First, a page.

The FDA announced this week its approval of a new test to detect the 2009 H1N1 influenza virus in humans. Developed by the US Centers for Disease Control and Prevention (CDC), the test promises to improve the accuracy of flu testing in the United States and overseas.
The test will soon replace an earlier version, which was created using the limited number of H1N1 specimens that were available when the pandemic first began in April 2009. Thanks to the wealth of genetic material that was generated as the virus progressed since then, the new test—called the “CDC Influenza 2009 A (H1N1) pdm Real-Time RT-PCR Panel (IVD),"—can detect the 2009 H1N1 virus with more than 96% accuracy in upper respiratory specimens.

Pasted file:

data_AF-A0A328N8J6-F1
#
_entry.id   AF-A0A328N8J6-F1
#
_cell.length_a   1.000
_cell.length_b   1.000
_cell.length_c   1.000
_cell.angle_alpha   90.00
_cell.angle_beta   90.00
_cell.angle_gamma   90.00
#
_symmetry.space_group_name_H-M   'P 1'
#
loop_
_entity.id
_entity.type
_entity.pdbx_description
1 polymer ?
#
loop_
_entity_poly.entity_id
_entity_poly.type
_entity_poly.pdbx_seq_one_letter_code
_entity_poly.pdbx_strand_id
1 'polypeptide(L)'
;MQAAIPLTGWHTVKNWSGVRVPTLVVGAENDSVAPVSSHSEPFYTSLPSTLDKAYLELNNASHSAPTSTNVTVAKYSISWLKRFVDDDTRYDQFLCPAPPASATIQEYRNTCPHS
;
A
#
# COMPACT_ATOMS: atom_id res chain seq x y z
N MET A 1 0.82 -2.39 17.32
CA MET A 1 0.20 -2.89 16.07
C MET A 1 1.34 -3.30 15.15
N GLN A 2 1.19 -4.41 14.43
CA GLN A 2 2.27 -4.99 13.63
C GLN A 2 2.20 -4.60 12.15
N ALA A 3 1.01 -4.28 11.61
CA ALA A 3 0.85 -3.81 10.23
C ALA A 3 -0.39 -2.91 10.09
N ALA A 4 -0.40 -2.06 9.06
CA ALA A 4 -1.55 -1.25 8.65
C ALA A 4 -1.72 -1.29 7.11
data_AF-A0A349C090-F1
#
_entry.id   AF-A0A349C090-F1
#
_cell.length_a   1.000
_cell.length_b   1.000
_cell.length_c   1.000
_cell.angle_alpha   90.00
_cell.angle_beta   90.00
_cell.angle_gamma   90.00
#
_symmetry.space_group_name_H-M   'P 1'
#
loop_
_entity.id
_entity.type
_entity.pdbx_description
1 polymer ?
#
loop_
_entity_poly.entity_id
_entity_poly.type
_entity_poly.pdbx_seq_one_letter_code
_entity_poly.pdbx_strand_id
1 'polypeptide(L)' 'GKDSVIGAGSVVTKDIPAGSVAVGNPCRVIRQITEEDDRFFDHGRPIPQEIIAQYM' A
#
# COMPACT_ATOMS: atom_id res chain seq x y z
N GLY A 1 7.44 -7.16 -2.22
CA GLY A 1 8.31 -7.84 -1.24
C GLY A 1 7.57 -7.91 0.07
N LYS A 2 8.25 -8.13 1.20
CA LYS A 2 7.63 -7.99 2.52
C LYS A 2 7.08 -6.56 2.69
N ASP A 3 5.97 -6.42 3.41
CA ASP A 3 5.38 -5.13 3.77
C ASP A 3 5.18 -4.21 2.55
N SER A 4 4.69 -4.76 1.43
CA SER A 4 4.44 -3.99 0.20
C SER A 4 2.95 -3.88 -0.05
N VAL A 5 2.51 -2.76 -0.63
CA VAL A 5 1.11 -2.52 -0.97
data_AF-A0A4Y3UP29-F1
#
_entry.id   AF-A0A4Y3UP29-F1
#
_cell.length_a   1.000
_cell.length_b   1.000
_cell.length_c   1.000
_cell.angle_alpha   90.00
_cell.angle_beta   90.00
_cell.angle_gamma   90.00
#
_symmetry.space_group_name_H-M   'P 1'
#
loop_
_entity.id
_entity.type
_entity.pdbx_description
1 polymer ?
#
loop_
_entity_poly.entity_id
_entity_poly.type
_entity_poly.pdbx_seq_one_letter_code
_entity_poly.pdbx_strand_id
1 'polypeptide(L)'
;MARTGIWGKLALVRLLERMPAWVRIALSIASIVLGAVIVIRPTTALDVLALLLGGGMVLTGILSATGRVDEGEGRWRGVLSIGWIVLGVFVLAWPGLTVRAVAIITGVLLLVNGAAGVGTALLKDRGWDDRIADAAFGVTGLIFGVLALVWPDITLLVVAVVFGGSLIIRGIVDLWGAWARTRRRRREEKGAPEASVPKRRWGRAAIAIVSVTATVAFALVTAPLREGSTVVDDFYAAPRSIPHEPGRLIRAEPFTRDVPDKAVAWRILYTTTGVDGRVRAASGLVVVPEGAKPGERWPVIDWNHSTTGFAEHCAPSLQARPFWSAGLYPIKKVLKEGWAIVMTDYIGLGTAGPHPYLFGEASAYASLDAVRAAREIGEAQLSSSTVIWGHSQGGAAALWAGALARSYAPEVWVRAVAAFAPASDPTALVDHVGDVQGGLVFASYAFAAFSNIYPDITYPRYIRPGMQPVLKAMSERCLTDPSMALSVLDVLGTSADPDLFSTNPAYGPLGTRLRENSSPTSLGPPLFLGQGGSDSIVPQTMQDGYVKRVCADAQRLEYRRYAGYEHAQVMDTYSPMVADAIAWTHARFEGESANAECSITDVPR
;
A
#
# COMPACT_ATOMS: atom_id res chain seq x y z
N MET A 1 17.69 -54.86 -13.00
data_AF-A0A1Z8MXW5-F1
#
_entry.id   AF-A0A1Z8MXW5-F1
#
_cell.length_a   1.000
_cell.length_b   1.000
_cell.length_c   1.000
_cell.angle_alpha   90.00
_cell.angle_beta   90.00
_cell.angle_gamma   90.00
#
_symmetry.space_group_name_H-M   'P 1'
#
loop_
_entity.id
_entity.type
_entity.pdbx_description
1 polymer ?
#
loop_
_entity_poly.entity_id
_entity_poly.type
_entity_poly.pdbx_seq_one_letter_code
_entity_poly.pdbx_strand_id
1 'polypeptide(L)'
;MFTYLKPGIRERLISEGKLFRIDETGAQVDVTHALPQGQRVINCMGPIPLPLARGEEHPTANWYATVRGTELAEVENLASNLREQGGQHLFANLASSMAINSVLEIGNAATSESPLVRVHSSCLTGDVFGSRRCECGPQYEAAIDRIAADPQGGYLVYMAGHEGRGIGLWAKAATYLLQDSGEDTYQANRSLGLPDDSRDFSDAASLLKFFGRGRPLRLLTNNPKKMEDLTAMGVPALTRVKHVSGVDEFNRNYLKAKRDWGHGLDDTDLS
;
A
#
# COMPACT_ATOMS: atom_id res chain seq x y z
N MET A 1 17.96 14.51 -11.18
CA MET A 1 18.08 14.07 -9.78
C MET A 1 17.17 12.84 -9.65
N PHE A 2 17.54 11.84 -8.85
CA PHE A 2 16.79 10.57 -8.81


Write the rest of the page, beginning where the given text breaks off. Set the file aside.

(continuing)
The test uses secretions from a patient’s upper or lower respiratory tract, which can be sampled in physicians’ offices or hospitals. A diagnostic instrument recognizes fluorescent signals produced by viral genetic material present in the specimens, and results are delivered within 4 hours.
"The development of this test exemplifies our dedication to improving public health surveillance for the 2009 H1N1 virus and other influenza viruses in the United States and abroad," Nancy Cox, PhD, director of CDC's influenza division, said in a press release.